Wednesday, September 28, 2011

Dylan's Asia series scandal

New evidence has emerged that Bob Dylan has copied the compositions of some of the paintings in his new art series, "The Asia Series", from historic photographs.



This is not the first time that Bob has 'borrowed' from outside sources for the sake of his art. In arguably the greatest album of his career, 2001's "Love and Theft", he rehashed a number of lines from the novel "Confessions of a yakuza" by Junichi Saga. To cut straight to my conclusion, I think Dylan knows exactly what he's doing. He has never cared what the critics think. The average fan will decide for themselves if they 'like' the compositions, despite any controversy. Also, any controversy can't do anything but ensure that a larger audience does indeed access the work. He does what he does for himself, and it just so happens that a huge international audience is eager to consume his output.

If you think of this series as the artistic equivalent of a cover album, it can be seen in a different light. Moral and copyright issues may arise, which is not something I'm about to get hung up on. People who are hung up on shit like that are not Bob Dylan fans. If Bob were to release an album of Muddy Waters or Hank Williams covers, as a fan, I would be ecstatic. Also, I quite like the paintings. I think they have something to offer, and I haven't even seen them in person!


Friday, July 22, 2011

Pablo Dylan

What follows are my impressions of the recently released mix-tape (i.e. e.p.) by Bob Dylan's 15 year old producer and rapper grandson, Pablo.


Nothing super ground breaking, but I did like it. The beats are tight, west coast. Probably good for da club. Not bad for a little Jewish kid from Beverly Hills. Lyrically it's a bit weak, but in spots it really shines, and more so on repeat listens. Of course in this respect he's got big shoes to fill. To write truly beautiful and poetic rap lyrics must be one of the hardest things, for the simple fact that you need LOTS of lyrics to fill a rap song. I've personally only heard a few rappers do it. Instead Pablo makes use of common lyrical devices in rap, namely, personal narrative, self-flattery, and gimmicky word play, which at least he does well. In the song "On top of the world", possibly a nod to the classic blues song "Sittin' on Top of the World", by the Mississippi Sheiks, which Dylan covered on his 1992 album "Good as I been to you", Pablo raps:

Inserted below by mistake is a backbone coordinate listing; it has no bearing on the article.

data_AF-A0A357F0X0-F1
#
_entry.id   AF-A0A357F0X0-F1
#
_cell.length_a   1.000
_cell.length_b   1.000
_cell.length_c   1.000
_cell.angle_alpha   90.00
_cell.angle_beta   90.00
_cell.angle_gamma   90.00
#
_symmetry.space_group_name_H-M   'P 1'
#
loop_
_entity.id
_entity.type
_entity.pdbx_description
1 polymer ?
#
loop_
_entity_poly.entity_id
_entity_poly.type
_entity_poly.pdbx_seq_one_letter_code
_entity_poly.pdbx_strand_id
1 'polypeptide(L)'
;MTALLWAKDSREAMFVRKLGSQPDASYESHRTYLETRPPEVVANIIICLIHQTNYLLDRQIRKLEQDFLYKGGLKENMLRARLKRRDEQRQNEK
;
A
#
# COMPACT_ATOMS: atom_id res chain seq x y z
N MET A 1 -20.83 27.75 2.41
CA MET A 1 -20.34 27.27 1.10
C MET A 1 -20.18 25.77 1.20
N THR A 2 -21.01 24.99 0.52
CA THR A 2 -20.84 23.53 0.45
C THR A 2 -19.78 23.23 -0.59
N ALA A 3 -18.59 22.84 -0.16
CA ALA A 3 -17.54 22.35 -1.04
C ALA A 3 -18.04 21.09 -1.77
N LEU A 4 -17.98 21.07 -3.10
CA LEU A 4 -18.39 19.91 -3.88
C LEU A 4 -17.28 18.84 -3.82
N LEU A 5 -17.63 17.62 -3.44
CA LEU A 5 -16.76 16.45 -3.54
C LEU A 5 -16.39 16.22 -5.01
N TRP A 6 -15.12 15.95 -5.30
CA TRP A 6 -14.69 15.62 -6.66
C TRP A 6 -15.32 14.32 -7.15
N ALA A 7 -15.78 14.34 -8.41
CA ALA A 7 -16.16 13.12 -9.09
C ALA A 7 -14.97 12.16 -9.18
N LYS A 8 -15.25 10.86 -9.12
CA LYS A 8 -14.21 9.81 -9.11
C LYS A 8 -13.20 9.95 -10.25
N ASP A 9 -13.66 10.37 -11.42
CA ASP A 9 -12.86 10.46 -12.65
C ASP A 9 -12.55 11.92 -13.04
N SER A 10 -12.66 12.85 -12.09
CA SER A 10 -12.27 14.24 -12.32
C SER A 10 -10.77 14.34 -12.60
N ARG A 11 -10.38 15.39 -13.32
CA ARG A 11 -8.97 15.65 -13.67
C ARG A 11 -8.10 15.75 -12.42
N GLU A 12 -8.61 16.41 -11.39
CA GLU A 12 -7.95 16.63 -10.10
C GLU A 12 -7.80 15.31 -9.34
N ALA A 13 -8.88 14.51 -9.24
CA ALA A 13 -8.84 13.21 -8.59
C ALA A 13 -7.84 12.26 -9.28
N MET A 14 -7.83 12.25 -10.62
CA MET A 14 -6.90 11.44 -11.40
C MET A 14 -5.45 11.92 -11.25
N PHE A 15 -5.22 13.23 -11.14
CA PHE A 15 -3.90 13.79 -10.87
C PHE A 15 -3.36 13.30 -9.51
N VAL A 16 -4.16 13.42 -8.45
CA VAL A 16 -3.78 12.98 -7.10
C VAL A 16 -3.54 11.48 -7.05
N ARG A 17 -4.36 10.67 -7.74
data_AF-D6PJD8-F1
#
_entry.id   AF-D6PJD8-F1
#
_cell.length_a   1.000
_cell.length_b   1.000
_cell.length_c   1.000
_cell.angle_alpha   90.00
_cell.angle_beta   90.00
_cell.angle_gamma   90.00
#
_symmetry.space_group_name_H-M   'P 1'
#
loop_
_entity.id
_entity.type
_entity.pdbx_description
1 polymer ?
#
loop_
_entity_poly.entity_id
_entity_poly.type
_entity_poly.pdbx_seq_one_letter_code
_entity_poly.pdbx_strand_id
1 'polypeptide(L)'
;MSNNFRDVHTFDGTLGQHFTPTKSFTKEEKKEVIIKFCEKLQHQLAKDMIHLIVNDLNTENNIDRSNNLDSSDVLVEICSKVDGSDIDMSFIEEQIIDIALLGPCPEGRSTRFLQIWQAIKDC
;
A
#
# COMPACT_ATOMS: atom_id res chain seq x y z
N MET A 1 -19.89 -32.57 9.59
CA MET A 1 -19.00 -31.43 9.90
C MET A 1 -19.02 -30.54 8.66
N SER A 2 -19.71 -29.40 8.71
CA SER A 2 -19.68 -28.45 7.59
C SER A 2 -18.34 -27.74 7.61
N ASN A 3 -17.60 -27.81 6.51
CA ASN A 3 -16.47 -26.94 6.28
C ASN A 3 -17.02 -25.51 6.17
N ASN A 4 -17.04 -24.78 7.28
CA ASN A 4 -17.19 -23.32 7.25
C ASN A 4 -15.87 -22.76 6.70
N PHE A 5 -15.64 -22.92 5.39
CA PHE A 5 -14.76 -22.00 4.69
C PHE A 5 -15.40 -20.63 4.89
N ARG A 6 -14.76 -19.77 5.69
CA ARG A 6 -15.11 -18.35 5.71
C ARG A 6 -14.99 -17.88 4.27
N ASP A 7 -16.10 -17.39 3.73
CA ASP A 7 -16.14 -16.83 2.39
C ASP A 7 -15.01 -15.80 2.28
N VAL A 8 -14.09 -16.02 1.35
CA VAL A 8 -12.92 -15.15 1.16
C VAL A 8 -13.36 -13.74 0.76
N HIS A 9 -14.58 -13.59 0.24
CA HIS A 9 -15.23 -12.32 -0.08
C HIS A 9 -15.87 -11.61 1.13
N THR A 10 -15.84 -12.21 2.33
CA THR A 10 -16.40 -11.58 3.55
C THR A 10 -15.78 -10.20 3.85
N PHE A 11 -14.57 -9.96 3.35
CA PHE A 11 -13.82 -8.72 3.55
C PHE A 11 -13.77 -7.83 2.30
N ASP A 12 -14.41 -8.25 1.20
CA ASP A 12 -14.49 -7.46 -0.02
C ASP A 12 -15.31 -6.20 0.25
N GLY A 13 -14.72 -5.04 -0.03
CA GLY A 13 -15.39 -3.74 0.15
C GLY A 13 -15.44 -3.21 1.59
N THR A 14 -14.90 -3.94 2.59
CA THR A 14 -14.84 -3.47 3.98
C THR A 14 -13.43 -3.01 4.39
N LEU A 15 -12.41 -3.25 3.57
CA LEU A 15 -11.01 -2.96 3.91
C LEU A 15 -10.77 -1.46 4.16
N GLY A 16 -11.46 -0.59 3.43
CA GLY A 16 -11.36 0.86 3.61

"I'm the grandson of a man nothing less than legendary.
That's a lot of pressure so I Berry (bury) Gordie
I am very motown bitch, I'm-a get that crown
While I'm at it I might re-invent sound."

In the first couplet he is essentially acknowledging that he is not going to try and compete with his grandfather on the lyrical front. A prudent move. He goes on to make a pun of the founder of Motown, and then boldly inflate his own ego.

Clearly Pablo is borrowing something from his grandfather, including his album art and his schnoz.


Also what comes through if you listen closely to the narrative and ignore the grandstanding, is a genuine honesty, and a fearlessness, traits that Bob Dylan also had when he released his first album in 1962 at the tender age of 19.

Overall the album is bubblegum pop rap that could easily be passed over amongst the tons of such crap on the radio. However it is my contention that an attentive reading of any of such artists might reveal some kernel of goodness.  

In a recent interview, Pablo Dylan says his grandfather was the Jay-Z of his time. This comparison has legs when you consider the staying power, creative output, and influence on the music industry that these two icons had/have. However, the more important analogy is that Dylan challenged the establishment in the 60's the way rap did in the 80's and 90's, which makes him more comparable to one of the more controversial and political rappers, like Chuck D or Dr. Dre.

For a laugh, here is Dylan's own foray into the rap genre from 1986

Thursday, July 21, 2011

Hello all. In this blog I will discuss the subjects that I find close to my heart. My daughter, Bob Dylan, molecular biology and evolution, music, and Bob Dylan.

Please stay posted.